State v. Benton

Annotate this Case

78 Ariz. 85 (1954)

276 P.2d 516

The STATE of Arizona, Appellee, v. Claude BENTON (Thomas Meyers), Appellant.

No. 1055.

Supreme Court of Arizona.

November 15, 1954.

*86 Ross F. Jones, Atty. Gen., William Penn, Asst. Atty. Gen., for appellee.

Alan Philip Bayham, Phoenix, for appellant.

STANFORD, Justice.

This is an appeal from a purportedly illegal sentence of confinement in the state prison for not less than ten years nor more than fifteen years. Judgment was rendered and sentence imposed after appellant had pleaded guilty to the crime of fraudulent procurement of narcotic drugs in violation of Section 68-831, A.C.A. 1939.

The one point of dispute is whether, under Chapter 57, Section 6, Laws 1952, now appearing as Section 68-834, A.C.A. 1939, 1952 Cum.Supp., the lower court had power to impose a sentence of more than one year's imprisonment in the county jail when dealing, as in this case, with a first offender.

The provision we are asked to construe reads:

"68-834. Penalties. A person who violates any provision of this act shall, upon conviction, be punished by a fine not exceeding fifty thousand dollars ($50,000) and imprisonment in the state prison for not more than twenty-five (25) years; provided, however, that for the first offense the court may, in its discretion, impose a fine not exceeding one thousand dollars ($1,000), imprisonment in the county jail not exceeding one (1) year, or both." (Emphasis supplied.)

Appellant argues that since in the general clause the court has the power to impose a sentence of from $1 to $50,000 and from one day to twenty-five years in the state prison, the first offense proviso is mere surplusage unless construed as a specific limitation on the sentencing of all first offenders. If all-inclusive power was given in the general clause, it is asked, why was the special proviso added?

The answer is simple. While the crime described in Section 68-831, supra, is a felony if the punishment imposed be imprisonment under the general clause, the legislature intended to give the lower court discretion to make it a misdemeanor in the case of first offenders. The distinction between *87 felonies and misdemeanors is set out in Section 43-109, A.C.A. 1939:

"43-109. Crimes are either felonies or misdemeanors. A felony is a crime which is punishable with death or by imprisonment in the state prison; every other crime is a misdemeanor. When a crime punishable by imprisonment in a state prison is also punishable by fine or imprisonment in a county jail, in the discretion of the court, it shall be deemed a misdemeanor for all purposes after a judgment imposing a punishment other than imprisonment in the state prison."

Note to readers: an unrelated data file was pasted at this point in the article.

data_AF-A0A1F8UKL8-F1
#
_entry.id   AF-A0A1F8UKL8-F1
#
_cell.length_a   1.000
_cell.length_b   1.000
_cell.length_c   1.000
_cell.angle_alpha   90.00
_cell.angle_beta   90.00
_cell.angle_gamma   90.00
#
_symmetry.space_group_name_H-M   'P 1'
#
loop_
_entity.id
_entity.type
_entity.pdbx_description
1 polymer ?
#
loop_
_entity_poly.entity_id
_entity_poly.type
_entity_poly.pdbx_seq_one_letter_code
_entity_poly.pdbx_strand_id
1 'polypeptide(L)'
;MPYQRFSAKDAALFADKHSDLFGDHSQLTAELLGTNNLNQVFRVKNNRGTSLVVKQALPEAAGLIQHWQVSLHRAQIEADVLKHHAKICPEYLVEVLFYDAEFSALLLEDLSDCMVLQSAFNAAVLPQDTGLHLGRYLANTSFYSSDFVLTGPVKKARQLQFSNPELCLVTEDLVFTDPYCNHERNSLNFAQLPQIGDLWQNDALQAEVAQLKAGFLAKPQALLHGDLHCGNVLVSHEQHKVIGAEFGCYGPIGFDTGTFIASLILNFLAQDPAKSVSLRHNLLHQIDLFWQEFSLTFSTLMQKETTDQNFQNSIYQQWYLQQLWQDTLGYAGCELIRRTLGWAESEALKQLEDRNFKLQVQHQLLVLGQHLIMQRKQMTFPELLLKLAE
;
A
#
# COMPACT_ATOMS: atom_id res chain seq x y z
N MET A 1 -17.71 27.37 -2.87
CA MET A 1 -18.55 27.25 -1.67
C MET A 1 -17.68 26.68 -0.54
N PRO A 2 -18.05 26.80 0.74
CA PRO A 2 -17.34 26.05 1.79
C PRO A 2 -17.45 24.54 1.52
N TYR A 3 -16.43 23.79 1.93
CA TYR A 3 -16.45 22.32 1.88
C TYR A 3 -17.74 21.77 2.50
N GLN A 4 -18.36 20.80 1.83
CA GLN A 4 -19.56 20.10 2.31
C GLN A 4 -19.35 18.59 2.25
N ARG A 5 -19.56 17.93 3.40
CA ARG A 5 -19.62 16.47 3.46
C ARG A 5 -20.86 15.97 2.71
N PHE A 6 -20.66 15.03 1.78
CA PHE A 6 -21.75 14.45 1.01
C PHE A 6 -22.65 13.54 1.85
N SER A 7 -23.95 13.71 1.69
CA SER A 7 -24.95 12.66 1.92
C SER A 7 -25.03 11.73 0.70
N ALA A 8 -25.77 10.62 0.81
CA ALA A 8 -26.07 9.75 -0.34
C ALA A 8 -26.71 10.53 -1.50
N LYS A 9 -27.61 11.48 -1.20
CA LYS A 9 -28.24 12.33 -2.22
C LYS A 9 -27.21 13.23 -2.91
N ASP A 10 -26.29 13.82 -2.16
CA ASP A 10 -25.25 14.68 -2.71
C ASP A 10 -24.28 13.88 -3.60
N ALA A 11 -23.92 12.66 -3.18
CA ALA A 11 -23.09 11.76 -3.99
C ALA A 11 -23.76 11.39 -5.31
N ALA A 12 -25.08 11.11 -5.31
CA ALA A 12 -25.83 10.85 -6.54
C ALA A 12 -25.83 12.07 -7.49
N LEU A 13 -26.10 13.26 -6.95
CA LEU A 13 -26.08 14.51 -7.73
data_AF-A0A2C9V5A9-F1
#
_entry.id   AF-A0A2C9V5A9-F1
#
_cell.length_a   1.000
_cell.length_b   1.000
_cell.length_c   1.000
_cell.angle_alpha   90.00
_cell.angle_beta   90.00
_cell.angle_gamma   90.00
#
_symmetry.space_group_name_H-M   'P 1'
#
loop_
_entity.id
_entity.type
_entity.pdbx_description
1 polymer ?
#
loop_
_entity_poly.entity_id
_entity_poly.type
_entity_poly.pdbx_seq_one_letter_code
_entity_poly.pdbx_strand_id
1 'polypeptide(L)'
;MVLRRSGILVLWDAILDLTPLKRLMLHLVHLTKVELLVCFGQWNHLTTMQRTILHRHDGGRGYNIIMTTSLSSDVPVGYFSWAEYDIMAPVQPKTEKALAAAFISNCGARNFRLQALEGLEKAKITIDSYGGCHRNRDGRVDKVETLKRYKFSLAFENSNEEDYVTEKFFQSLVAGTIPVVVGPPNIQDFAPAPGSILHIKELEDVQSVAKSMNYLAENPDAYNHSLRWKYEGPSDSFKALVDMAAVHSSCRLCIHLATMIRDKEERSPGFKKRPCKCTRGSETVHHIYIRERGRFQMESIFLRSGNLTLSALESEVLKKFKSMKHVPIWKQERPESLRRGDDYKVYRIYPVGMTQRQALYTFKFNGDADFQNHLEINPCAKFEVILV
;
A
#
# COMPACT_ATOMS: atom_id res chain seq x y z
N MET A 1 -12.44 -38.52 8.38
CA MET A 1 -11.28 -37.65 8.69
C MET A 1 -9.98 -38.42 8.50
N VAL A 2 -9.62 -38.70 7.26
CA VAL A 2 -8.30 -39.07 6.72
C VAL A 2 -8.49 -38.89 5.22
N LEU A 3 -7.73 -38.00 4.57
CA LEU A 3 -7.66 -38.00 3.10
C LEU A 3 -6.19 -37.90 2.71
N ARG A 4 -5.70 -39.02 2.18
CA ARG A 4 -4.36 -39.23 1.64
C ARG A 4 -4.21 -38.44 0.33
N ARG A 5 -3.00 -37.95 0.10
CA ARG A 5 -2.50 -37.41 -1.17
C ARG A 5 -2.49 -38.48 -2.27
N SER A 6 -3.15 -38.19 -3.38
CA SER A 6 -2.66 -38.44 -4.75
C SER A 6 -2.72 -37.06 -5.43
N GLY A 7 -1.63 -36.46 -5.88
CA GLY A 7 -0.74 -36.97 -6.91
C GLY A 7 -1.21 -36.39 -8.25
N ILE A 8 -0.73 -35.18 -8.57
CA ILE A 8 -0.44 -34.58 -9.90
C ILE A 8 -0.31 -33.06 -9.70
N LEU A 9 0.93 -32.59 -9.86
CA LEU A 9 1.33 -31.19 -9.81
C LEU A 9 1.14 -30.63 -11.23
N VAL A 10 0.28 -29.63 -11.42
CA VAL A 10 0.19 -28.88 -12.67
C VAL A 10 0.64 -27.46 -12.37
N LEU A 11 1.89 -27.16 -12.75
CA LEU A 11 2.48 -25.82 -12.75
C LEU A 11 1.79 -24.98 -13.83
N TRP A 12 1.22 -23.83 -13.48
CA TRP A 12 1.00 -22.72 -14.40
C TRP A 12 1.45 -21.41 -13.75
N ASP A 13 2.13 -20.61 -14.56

The meaning of this statute is clear: the place of punishment grades the crime if in a state prison, it is a felony; if in the county jail, it is a misdemeanor. Gherna v. State, 16 Ariz. 344, 146 P. 494. (This decision involved the interpretation of identical language in Section 17 of the 1913 Penal Code.) In State ex rel. De Concini v. Sullivan, 66 Ariz. 348, 188 P.2d 592, 595, referring to the present statute, we said:

"The respondent having been sentenced to prison, his offenses must be characterized as felonies."

We therefore conclude that the first offense proviso gives an important discretionary power to the sentencing judge, and is not to be construed as binding in all cases.

An examination of the original wording of Section 68-834, Chapter 26, Section 34, Laws 1935, bears out our interpretation. There, it was mandatory that the first offense be a misdemeanor.

"68-834. Penalties. Any person violating any provision of this act shall upon conviction be punished for the first offense by a fine of not less than five hundred ($500) nor more than one thousand dollars ($1,000), or by imprisonment in the county jail for not less than six (6) months nor more than one (1) year, or by both such fine and imprisonment; and for any subsequent offense, such person shall upon conviction be punished by a fine of not less than one thousand ($1,000) nor more than five thousand dollars ($5,000), or by imprisonment for not less than one (1) year nor more than ten (10) years, or by both such fine and imprisonment."

The 1952 amendment is more stringent in its penalties and gives the sentencing judge far greater discretion. This is consistent with the other amendments made in that year strengthening the provisions of the Narcotics Act. See Chapter 57 of the 1952 Session Laws. The interpretation which the appellant offers, on the other hand, would nullify completely that portion of the amendment which gives the sentencing judge discretion to make the first offense a felony or a misdemeanor.

The intention of the legislature as expressed in this statute being unambiguous, there is no need to consider the cases outlining *88 rules of statutory construction which were offered by the appellant.

Judgment affirmed.

PHELPS, C.J., and LA PRADE, UDALL, and WINDES, JJ., concurring.